Delving

Honoring Ourselves

I like to use my birthdays as opportunities to look back and forward, taking stock of myself and my life story. It’s a different experience than at New Year’s, when I’m more focused on releasing from the year before and creating intentions for the year to come. Birthdays seem to give me a longer view of myself, a different way of marking my growth.

I recently turned 41, and found myself thinking about my situation 10 years ago: who I was, what I believed, what I feared and hoped. A lot can change in 10 years. A marriage I was deeply committed to ended in that decade. I made and walked away from friendships, creating a strong, supportive circle of women friends. I learned how to (and how not to) date consciously. I lost two beloved pets and adopted three new furry babies. I fell in love and out of love twice. I was broke, betrayed, robbed, manipulated and abused—and I was strong and resilient. I turned everything around.

In those 10 years, I learned what it means to honor myself. I learned to trust my instincts, fearlessly face and embrace my own truth, define and stand by my core values and live in alignment with what matters most.

I learned through trial and error, stumbling into toxic love affairs, trusting where it wasn’t deserved, struggling against intense grief and anger, playing roles that I’d outgrown or that never fit me in the first place. I learned it in the failure of my marriage and the loss of my husband and married identity, and I learned it as I came to understand exactly why my marriage failed.

Honoring myself became a priority after the two unhappy, overwhelming years when I allowed someone else to hold me hostage in my own life. I allowed my home to be invaded, my emotional space to be crowded, my boundaries ignored and overrun. As I emerged from that black hole, I began to understand that I’d been compromising myself to earn the approval of my partner, and when that didn’t work, compromising myself even further. I faced this truth, recognizing that I’d done the same thing during my marriage. A different situation, a different man, but the same pattern of choosing them, and their validation, love and approval, over me and my own self-respect, fulfillment and values.

Coming out of that second relationship felt oddly like a second chance to recover from my divorce—I was in the same place, just two years older and hopefully somewhat wiser. After my husband and I separated, I had the opportunity to examine myself and create a new life. But caught up in an emotional hurricane of rage, grief, resentment, loss, fear and disillusionment—feelings I’d suppressed and pushed aside in the months leading up to our final separation, I didn’t embrace the chance to build that life.

Instead I ran headlong into the worst relationship possible, speedily and efficiently binding myself into a web of lies, mistrust and conditioned responses. I was on edge for two years, always anxious, always fearing what was around the corner. A blind and punishing rage. A wheedling demand for money. A cold, dismissive response.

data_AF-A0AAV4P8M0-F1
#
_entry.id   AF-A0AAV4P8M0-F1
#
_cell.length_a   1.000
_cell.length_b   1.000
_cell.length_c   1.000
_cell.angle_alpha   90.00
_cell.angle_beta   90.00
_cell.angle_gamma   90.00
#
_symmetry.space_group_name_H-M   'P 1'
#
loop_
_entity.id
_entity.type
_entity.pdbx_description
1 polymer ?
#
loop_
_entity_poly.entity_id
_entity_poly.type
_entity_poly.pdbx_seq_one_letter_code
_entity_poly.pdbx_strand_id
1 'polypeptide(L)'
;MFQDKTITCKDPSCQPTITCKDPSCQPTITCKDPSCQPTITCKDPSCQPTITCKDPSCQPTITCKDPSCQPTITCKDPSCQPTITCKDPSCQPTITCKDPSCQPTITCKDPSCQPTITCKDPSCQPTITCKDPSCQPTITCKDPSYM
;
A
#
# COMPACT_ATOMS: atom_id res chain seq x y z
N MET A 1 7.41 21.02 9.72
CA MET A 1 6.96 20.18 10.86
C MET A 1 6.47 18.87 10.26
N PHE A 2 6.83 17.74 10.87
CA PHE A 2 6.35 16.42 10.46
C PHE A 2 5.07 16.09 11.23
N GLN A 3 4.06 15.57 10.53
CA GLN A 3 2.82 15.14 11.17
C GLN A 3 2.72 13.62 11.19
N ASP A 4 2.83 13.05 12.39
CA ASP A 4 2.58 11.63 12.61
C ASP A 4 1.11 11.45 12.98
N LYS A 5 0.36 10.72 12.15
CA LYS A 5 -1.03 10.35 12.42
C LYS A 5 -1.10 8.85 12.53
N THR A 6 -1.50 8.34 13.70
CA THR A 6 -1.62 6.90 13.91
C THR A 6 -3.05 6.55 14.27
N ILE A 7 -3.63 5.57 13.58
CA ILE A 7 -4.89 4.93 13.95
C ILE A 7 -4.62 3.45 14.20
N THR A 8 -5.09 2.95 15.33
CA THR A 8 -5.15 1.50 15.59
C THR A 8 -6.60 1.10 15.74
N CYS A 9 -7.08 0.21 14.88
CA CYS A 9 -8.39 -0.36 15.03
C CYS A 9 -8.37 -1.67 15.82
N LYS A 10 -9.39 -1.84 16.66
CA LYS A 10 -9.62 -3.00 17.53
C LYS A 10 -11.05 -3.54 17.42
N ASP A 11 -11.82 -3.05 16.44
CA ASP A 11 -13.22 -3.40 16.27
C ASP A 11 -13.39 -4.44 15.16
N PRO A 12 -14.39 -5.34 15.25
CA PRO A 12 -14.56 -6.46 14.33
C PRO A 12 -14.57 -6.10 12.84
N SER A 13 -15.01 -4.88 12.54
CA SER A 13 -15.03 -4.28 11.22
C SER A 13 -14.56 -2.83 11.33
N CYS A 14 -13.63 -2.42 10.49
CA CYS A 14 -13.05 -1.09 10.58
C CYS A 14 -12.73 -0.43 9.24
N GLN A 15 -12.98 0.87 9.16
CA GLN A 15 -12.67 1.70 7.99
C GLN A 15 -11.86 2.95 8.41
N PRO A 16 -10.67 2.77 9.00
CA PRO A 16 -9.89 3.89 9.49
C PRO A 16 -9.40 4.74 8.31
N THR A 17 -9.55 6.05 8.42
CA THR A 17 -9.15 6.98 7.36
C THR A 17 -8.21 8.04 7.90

When I’d finally thrown myself free, as if from a moving car, I stood up and found that I was bruised and battered and scarred—and intensely relieved that the sickening ride was finally over. I was more ready than I realized to reclaim my life, to restore what I’d taken from myself and commit to a new sense of purpose and balance. To embrace my independence, my singlehood, my values.

Since then, I’ve lived with greater joy, self-awareness and freedom than I could ever have imagined.

It’s just as well that myself at 31 didn’t know what was in store for her. She was getting by on autopilot, earning money, forming a codependency, growing out of the novice period of adulthood and beginning to define who she was. My husband was not, and the deep chasm this created between us ultimately and dramatically fractured both our lives, as well as many other relationships. I was about to enter years of heartache, anxiety and pain, years that would define the person I am today.

The last decade taught me to trust and value myself first. Before I can honor anyone else, I need to honor and respect myself, with a clear understanding of my own values and intentions. Before I can give my trust to anyone else, I need to trust me—my truth, my story, my boundaries, my gut.

It taught me not to suppress emotion, but to accept how I feel, study it and let it go. To never place a higher value on the opinion or approval of someone else than I do on my own self-respect and self-awareness. To be conscious in my interactions with others, to be intentional, to be honest with myself.

I continue to work on all of that, of course, but it’s really empowering and inspiring to acknowledge what I’ve learned and how it’s impacted my life.

I also take a moment to wonder: if I’m lucky enough to have the chance, how will I look back 10 years from now? How will I view myself at 41, how will I have grown, what will I see that I can’t see in the present?

It’s impossible to know, but even just asking the question provides even greater perspective on where I am. Because as happy as I am, and as much as I believe I honor myself, I probably thought the same a decade ago—just measuring by a different scale.